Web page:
Basic tableware such as bowls, dishes, napkin rings, vases, etc. made from very colourful anodized aluminium became something of a fad in 1950s Norway. Anodizing, achieved by immersing the aluminum into a coloured acid electrolyte bath and passing an electric current through the medium, turned out to be an efficient way of making affordable, mass-produced goods attractive. The shapes of the goods were simple and unadorned, but the colour itself became a decorative feature. Most well-known amongst the many enterprises which jumped onto this bandwagon is Emalox, which was later acquired by Nordisk Aluminiumindustri. The bowls shown here are part of a wide range that Bjørn Engø designed for the company from 1955 on, which with their elegant forms and brilliant colours became a hit both with consumers and with design professionals. It won a silver medal at the Triennale di Milano in 1957 and received the Norwegian Design Centre’s Mark of Design Excellence in 1968 – completely in line with Engø’s aim of creating “affordable products of good design”, as he explained to the design magazine Bonytt.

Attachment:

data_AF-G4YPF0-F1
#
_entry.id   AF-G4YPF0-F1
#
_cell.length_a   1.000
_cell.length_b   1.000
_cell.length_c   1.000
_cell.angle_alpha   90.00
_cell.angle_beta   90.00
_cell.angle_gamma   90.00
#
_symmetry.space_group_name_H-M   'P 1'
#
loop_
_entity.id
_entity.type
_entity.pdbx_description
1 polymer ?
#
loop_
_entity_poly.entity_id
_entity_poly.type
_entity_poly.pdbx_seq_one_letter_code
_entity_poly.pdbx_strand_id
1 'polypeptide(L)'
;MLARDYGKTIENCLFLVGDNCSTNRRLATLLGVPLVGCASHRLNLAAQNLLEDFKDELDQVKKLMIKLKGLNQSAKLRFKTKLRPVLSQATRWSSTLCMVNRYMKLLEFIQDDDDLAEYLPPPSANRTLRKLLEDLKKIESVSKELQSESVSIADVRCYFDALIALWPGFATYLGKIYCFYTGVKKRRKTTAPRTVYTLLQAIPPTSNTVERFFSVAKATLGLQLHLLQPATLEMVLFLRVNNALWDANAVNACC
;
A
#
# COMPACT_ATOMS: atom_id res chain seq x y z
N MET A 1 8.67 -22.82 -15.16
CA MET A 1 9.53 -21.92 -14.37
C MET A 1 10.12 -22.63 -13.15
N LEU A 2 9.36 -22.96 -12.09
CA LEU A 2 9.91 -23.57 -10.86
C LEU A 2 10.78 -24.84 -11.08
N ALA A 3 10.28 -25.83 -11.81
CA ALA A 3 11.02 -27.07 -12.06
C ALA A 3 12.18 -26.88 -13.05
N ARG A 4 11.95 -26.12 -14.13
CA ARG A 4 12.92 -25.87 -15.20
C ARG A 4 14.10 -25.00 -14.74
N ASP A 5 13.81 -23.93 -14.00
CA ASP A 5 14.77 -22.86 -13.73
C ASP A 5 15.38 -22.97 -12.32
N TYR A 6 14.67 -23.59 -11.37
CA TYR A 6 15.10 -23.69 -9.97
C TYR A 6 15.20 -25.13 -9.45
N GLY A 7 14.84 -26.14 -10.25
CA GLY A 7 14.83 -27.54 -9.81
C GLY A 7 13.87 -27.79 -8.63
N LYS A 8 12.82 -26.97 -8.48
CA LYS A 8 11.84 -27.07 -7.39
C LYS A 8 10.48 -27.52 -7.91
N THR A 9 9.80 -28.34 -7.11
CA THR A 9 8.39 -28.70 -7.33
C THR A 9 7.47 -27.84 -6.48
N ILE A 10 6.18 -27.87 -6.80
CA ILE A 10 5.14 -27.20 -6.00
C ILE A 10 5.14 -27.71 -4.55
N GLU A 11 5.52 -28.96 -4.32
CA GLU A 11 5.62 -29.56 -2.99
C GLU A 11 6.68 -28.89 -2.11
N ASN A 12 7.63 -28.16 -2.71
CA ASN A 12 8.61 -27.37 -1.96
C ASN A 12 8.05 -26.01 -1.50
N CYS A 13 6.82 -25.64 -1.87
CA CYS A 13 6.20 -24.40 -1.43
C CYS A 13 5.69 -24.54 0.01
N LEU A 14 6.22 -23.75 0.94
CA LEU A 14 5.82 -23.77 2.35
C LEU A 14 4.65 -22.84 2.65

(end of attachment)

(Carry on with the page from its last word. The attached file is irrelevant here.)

One of the strategies deployed in the competition from stainless steel, was to imitate the newcomer’s visual properties. The cooking pot series Høyang Extra from 1962 promises—as the name says—something beyond the ordinary aluminium product. Executed in polished aluminium, Extra shines as brightly as stainless steel, almost like the cromalin products from the interwar years. The series was designed by Oskar Sørensen, and when it was awarded the Mark of Design Excellence in 1967, it was described as characterized by a “simple, sober, somewhat fashionable design”. Extra featured prominently in a marketing campaign from the mid-1960 under the slogan “The Future Chooses Aluminium”, in which both product design, graphic design, and illustrations all contribute to the manufacturer’s staunch effort at elevating aluminium goods to design culture’s higher echelons.